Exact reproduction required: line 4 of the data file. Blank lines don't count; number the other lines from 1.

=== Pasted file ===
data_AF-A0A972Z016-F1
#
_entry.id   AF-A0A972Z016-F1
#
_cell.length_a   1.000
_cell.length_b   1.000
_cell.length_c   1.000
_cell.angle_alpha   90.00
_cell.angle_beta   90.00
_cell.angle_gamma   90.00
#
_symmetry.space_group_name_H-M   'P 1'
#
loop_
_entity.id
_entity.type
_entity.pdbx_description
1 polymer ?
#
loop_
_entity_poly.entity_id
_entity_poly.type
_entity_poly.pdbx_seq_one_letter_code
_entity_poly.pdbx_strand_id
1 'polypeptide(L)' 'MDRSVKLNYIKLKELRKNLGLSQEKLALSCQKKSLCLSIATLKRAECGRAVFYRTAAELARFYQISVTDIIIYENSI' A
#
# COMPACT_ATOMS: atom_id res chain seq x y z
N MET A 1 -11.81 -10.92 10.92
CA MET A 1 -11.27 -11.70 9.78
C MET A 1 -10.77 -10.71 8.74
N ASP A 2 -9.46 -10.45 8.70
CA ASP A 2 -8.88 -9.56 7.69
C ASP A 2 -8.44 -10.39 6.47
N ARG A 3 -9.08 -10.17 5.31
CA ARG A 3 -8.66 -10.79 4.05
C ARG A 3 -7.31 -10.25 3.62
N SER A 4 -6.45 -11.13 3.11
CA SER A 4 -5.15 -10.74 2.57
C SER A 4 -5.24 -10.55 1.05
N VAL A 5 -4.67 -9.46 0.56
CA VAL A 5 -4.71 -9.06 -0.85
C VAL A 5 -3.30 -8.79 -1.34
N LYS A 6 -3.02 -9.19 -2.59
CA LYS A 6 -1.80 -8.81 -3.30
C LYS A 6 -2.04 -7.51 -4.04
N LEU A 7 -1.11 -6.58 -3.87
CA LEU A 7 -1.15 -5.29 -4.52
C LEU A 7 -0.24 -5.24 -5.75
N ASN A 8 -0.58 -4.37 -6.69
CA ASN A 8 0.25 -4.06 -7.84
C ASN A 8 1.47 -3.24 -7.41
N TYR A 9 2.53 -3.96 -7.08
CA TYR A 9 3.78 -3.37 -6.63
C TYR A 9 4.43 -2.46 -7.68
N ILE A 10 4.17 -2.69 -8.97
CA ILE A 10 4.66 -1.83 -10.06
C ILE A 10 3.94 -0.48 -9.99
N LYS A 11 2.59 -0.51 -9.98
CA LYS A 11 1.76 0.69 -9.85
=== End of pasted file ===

#